Synopses & Reviews
Hitler's regime not only terrorized its citizens; it also seduced them, offering stability, a traditional value system, a sense of belonging, and hope of a better standard of living. Nazi cinema was part of this seduction, expressing positive social fantasies and promoting the enchantment of reality, so that one would want to share in the dream at any price. This interdisciplinary study, based on exhaustive research in German archives, examines how thirteen films from five genres -- the historical musical, the foreign adventure film, the home-front film, the melodrama, and the problem film -- enchanted audiences and enacted shared stories that can tell us much about how family, community, history, the nation, and the war were imagined in Nazi Germany. MARY-ELIZABETH O'BRIEN is associate professor of German at Skidmore College.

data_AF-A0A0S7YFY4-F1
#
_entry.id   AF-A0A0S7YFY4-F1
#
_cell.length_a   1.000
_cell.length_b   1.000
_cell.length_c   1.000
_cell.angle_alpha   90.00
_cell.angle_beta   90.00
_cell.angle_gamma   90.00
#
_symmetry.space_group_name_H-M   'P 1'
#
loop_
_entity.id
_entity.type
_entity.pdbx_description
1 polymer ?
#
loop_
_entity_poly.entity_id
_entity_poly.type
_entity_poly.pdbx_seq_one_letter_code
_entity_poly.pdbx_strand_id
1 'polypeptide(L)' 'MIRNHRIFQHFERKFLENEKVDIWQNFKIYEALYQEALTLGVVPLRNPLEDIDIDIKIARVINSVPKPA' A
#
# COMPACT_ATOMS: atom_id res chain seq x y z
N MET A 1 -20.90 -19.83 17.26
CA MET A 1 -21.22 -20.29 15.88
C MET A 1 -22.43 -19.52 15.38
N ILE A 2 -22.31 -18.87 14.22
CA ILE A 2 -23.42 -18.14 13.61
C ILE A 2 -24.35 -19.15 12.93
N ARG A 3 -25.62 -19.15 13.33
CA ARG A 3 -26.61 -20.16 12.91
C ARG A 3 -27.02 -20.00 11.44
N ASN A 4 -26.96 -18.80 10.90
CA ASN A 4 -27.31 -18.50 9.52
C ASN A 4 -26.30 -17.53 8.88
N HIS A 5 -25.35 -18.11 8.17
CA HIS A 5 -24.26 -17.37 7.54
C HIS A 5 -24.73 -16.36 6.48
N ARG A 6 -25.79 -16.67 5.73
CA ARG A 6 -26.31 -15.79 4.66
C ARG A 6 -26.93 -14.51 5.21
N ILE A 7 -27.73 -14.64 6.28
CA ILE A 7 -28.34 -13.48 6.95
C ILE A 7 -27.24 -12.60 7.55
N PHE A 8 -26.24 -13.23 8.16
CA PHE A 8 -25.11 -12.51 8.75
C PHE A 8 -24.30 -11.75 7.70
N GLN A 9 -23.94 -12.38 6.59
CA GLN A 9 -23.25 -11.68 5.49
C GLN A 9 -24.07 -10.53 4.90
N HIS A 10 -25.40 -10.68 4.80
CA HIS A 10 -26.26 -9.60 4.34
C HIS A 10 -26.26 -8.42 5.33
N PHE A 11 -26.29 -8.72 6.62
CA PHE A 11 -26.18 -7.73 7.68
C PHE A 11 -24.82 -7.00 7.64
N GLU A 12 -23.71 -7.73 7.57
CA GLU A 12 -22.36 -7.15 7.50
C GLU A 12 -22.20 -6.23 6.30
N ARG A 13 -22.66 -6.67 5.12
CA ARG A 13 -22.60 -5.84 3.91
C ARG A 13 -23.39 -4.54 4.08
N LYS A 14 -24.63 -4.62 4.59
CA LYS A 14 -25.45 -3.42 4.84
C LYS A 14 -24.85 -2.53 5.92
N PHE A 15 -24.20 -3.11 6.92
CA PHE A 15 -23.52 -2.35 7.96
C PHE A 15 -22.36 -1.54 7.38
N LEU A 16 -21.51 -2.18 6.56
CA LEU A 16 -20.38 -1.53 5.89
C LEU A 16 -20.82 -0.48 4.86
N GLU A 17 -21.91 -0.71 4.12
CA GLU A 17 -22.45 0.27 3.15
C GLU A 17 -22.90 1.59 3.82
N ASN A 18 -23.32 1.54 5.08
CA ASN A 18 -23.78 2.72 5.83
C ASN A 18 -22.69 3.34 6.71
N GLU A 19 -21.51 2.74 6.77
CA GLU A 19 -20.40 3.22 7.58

An study of thirteen Nazi-era films that explores how entertainment cinema served everyday fascism.
Explores how entertainment cinema served everyday fascism in Nazi Germany.